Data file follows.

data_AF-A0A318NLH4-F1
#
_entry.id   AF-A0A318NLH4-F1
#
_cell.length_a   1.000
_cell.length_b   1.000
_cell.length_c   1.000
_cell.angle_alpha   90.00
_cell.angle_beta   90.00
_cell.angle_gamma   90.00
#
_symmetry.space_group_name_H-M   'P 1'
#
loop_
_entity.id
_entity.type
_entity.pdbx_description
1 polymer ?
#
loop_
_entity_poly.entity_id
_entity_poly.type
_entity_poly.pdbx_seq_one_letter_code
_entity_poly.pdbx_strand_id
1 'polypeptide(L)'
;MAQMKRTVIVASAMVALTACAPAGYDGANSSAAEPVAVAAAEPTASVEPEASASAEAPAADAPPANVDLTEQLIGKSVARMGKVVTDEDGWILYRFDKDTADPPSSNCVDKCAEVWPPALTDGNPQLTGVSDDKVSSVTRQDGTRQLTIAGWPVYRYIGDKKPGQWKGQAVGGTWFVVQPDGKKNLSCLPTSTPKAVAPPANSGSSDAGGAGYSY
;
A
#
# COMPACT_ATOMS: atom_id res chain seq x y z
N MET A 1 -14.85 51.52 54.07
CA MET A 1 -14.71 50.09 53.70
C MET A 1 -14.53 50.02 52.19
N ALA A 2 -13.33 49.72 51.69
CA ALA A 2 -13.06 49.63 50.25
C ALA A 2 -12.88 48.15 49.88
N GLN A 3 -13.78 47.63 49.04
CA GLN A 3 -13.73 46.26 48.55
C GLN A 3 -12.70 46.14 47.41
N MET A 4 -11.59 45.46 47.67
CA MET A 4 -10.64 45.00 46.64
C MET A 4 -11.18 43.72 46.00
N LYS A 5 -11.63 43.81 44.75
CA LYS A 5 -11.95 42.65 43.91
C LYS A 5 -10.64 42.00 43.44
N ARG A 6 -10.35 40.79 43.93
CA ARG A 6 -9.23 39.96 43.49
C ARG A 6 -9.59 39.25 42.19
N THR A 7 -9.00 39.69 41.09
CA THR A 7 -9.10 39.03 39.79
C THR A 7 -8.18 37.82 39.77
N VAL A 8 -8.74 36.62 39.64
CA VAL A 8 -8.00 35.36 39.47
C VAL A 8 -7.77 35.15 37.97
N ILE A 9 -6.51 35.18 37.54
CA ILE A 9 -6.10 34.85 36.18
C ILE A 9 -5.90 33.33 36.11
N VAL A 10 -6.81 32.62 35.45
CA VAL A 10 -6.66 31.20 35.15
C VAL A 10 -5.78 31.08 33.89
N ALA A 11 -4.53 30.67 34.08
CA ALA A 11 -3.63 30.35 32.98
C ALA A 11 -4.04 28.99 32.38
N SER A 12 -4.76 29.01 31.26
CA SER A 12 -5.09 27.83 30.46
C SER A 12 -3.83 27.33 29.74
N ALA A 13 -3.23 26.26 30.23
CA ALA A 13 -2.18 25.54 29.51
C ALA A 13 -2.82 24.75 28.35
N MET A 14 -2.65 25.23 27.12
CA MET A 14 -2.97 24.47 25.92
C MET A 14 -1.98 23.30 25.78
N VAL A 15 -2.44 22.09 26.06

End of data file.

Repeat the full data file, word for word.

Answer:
data_AF-A0A318NLH4-F1
#
_entry.id   AF-A0A318NLH4-F1
#
_cell.length_a   1.000
_cell.length_b   1.000
_cell.length_c   1.000
_cell.angle_alpha   90.00
_cell.angle_beta   90.00
_cell.angle_gamma   90.00
#
_symmetry.space_group_name_H-M   'P 1'
#
loop_
_entity.id
_entity.type
_entity.pdbx_description
1 polymer ?
#
loop_
_entity_poly.entity_id
_entity_poly.type
_entity_poly.pdbx_seq_one_letter_code
_entity_poly.pdbx_strand_id
1 'polypeptide(L)'
;MAQMKRTVIVASAMVALTACAPAGYDGANSSAAEPVAVAAAEPTASVEPEASASAEAPAADAPPANVDLTEQLIGKSVARMGKVVTDEDGWILYRFDKDTADPPSSNCVDKCAEVWPPALTDGNPQLTGVSDDKVSSVTRQDGTRQLTIAGWPVYRYIGDKKPGQWKGQAVGGTWFVVQPDGKKNLSCLPTSTPKAVAPPANSGSSDAGGAGYSY
;
A
#
# COMPACT_ATOMS: atom_id res chain seq x y z
N MET A 1 -14.85 51.52 54.07
CA MET A 1 -14.71 50.09 53.70
C MET A 1 -14.53 50.02 52.19
N ALA A 2 -13.33 49.72 51.69
CA ALA A 2 -13.06 49.63 50.25
C ALA A 2 -12.88 48.15 49.88
N GLN A 3 -13.78 47.63 49.04
CA GLN A 3 -13.73 46.26 48.55
C GLN A 3 -12.70 46.14 47.41
N MET A 4 -11.59 45.46 47.67
CA MET A 4 -10.64 45.00 46.64
C MET A 4 -11.18 43.72 46.00
N LYS A 5 -11.63 43.81 44.75
CA LYS A 5 -11.95 42.65 43.91
C LYS A 5 -10.64 42.00 43.44
N ARG A 6 -10.35 40.79 43.93
CA ARG A 6 -9.23 39.96 43.49
C ARG A 6 -9.59 39.25 42.19
N THR A 7 -9.00 39.69 41.09
CA THR A 7 -9.10 39.03 39.79
C THR A 7 -8.18 37.82 39.77
N VAL A 8 -8.74 36.62 39.64
CA VAL A 8 -8.00 35.36 39.47
C VAL A 8 -7.77 35.15 37.97
N ILE A 9 -6.51 35.18 37.54
CA ILE A 9 -6.10 34.85 36.18
C ILE A 9 -5.90 33.33 36.11
N VAL A 10 -6.81 32.62 35.45
CA VAL A 10 -6.66 31.20 35.15
C VAL A 10 -5.78 31.08 33.89
N ALA A 11 -4.53 30.67 34.08
CA ALA A 11 -3.63 30.35 32.98
C ALA A 11 -4.04 28.99 32.38
N SER A 12 -4.76 29.01 31.26
CA SER A 12 -5.09 27.83 30.46
C SER A 12 -3.83 27.33 29.74
N ALA A 13 -3.23 26.26 30.23
CA ALA A 13 -2.18 25.54 29.51
C ALA A 13 -2.82 24.75 28.35
N MET A 14 -2.65 25.23 27.12
CA MET A 14 -2.97 24.47 25.92
C MET A 14 -1.98 23.30 25.78
N VAL A 15 -2.44 22.09 26.06